Council will have to weigh a number of factors as they deliberate whether to allow leashed dogs to stroll the White Rock Promenade during the quiet fall and winter months, beginning — potentially — this September.
Within the next few weeks, they plan to open the debate to the community at large — including representatives from BNSF and the Semiahmoo First Nation — at a public forum. No doubt, council will hear many of the same arguments on both sides of the issue that have been made repeatedly since the idea was first floated.
Those pushing for the right to bring their dogs along as they stroll the esplanade will point out that for many people, pets are akin to their children. There’s even a term for this attachment: “fur babies.”
Why should their dogs remain cooped up at home while they are out stretching their legs and enjoying a breath of fresh air, they might ask.
Those who oppose the plan will point out that while most pet owners love their animals, not all of them embrace the responsibility that comes with the role — cleaning up after their canine companions.
There’s evidence of this lack of consideration anywhere dogs are walked.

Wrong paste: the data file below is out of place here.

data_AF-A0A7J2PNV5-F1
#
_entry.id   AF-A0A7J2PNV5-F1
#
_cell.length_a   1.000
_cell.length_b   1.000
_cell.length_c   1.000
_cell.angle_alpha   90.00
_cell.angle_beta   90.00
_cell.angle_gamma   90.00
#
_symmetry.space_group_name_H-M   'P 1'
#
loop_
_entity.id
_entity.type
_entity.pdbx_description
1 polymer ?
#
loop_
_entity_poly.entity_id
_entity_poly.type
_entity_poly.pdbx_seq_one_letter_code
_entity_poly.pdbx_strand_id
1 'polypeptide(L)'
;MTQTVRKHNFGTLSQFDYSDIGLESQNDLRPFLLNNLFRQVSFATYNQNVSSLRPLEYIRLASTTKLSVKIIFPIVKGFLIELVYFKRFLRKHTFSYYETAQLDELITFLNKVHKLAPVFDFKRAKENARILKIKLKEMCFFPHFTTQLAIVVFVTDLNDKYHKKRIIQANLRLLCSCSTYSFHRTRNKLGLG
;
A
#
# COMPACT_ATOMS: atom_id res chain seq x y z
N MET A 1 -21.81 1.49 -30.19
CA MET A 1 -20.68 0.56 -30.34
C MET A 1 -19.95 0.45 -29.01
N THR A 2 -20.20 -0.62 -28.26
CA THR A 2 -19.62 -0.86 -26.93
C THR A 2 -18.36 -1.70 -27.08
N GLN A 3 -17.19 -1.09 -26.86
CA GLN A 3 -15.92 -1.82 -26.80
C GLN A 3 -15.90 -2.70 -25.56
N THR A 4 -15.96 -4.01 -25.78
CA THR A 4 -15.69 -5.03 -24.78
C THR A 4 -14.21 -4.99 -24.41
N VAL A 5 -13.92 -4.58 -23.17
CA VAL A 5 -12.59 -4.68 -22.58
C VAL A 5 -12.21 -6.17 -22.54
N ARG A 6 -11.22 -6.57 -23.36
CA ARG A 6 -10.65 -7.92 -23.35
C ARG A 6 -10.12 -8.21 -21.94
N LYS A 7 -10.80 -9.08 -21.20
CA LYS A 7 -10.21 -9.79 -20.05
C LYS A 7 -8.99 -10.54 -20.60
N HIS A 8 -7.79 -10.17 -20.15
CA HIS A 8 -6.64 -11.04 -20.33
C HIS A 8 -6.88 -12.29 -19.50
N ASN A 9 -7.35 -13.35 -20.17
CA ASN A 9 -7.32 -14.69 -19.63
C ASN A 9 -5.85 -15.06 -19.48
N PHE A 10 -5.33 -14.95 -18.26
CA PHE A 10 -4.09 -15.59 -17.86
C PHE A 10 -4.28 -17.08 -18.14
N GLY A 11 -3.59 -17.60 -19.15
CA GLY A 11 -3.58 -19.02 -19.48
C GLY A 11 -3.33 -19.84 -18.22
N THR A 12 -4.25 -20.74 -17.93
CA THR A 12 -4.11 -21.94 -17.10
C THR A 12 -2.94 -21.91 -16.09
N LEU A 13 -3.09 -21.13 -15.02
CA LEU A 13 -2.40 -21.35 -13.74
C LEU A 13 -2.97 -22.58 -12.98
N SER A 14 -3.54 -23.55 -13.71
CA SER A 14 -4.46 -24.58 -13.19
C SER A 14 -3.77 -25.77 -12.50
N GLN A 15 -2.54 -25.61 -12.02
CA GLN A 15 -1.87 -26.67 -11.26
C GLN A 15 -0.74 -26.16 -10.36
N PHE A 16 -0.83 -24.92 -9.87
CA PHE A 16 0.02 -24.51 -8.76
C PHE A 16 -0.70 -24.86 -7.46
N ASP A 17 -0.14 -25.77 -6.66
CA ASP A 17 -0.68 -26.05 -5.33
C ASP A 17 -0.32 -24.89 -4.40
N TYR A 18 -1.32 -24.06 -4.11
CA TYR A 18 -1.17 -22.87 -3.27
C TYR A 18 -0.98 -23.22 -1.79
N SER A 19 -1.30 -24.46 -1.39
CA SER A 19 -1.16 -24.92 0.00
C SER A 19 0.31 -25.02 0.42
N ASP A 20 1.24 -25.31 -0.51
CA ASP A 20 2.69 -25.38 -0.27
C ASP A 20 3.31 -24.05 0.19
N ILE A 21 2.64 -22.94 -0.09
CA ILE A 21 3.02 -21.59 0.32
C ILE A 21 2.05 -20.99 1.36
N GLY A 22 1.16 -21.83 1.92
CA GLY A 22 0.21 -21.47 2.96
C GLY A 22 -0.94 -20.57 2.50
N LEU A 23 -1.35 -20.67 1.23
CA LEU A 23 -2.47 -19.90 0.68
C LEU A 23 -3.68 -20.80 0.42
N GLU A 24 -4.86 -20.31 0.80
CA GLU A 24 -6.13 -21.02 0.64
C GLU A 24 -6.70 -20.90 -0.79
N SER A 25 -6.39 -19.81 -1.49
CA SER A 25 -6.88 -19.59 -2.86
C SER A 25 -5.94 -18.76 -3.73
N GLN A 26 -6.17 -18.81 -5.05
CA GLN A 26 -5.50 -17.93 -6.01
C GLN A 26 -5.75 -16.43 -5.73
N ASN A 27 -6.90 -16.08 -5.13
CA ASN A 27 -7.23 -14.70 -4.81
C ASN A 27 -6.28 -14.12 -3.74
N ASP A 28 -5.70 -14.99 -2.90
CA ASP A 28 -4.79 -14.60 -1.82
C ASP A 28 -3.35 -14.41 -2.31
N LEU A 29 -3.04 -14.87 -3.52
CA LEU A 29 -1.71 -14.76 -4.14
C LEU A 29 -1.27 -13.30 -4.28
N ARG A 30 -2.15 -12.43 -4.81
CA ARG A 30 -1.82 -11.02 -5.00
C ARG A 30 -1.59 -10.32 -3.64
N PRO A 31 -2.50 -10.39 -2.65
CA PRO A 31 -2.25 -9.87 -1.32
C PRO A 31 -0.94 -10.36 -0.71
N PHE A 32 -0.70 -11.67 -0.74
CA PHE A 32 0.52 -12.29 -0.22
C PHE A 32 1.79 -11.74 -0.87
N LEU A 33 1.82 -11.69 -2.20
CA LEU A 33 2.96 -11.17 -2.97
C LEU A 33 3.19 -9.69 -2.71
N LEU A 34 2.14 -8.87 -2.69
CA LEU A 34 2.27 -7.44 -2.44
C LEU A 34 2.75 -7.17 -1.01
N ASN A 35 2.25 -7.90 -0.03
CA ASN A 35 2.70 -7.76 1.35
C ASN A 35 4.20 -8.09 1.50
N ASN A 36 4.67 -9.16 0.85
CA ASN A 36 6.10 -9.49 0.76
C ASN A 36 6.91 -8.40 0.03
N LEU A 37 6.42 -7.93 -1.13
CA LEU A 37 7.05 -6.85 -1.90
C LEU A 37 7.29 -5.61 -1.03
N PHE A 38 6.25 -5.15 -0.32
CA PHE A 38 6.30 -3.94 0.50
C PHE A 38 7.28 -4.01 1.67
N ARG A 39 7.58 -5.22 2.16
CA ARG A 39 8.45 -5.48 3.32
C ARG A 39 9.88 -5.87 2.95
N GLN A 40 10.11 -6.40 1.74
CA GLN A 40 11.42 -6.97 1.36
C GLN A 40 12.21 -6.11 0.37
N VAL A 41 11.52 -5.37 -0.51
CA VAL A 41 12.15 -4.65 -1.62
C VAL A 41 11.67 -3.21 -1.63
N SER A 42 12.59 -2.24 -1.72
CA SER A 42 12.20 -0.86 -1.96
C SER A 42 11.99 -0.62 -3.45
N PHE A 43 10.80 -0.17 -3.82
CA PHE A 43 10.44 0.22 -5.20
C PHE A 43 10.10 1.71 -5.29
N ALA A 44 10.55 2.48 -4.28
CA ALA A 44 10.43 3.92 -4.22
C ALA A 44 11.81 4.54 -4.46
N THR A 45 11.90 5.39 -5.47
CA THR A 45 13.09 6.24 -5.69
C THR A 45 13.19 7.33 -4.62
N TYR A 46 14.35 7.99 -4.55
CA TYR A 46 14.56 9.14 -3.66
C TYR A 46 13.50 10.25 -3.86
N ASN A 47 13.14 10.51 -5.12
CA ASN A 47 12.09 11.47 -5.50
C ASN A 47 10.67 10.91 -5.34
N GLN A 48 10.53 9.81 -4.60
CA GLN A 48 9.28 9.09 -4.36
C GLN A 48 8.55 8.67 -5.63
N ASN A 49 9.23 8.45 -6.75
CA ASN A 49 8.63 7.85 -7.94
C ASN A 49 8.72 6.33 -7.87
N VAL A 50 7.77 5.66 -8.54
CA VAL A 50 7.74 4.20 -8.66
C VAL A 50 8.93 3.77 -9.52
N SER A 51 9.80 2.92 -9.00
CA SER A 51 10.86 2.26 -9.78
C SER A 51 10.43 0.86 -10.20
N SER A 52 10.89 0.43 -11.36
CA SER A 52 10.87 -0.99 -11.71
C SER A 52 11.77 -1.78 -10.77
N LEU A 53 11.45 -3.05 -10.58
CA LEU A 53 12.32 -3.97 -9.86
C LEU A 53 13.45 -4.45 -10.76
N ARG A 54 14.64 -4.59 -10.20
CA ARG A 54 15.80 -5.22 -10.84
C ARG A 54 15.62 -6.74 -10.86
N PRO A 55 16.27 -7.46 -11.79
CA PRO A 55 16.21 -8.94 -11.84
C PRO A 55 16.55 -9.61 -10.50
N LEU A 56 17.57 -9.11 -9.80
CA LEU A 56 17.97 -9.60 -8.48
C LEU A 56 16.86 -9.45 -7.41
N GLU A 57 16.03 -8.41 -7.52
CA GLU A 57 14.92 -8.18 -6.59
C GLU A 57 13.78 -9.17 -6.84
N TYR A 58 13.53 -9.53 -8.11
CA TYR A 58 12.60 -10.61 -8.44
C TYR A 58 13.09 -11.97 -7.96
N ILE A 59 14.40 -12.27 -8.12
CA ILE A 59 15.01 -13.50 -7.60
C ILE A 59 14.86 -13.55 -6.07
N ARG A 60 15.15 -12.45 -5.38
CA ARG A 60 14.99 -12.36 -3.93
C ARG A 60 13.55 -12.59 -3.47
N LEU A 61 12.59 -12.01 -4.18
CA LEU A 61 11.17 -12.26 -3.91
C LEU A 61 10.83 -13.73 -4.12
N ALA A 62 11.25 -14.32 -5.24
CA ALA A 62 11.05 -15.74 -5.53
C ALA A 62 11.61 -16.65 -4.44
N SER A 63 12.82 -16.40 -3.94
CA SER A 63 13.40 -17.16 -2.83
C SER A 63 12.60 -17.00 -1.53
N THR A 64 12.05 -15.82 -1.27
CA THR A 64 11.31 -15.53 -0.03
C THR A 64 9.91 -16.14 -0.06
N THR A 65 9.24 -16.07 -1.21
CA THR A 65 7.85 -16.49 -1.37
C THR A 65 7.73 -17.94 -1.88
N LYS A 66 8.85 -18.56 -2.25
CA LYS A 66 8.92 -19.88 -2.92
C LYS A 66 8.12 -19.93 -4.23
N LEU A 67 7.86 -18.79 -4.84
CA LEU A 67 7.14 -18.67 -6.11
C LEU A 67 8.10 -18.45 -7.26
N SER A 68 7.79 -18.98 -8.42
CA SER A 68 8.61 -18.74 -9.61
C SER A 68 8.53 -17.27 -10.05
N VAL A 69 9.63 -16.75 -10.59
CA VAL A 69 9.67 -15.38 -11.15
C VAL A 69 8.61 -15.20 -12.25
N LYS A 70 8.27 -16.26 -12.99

If they think they can get away with it, some owners will simply let their dogs do their business and stroll away like nothing happened. Others might go through the motions of bagging up the leavings for show, but will take the first opportunity to toss the baggie into a bush rather than carry the unpleasant package with them.
If it goes ahead, strict policing and consistent enforcement — including steep fines — will be paramount right out of the gate, along with the provision of plenty of opportunity for proper disposal.
There will always be those for whom the rules apply only when it’s convenient. You cannot, as the cliché goes, teach old dogs new tricks.
But should the non-compliance of the few outweigh the desire of the many?
There are, of course, valid arguments on both sides of the debate and in the end, it might simply come down to numbers — as it should. In a democracy, majority rules.
Here’s one more cliché that applies: You’ll never know unless you try.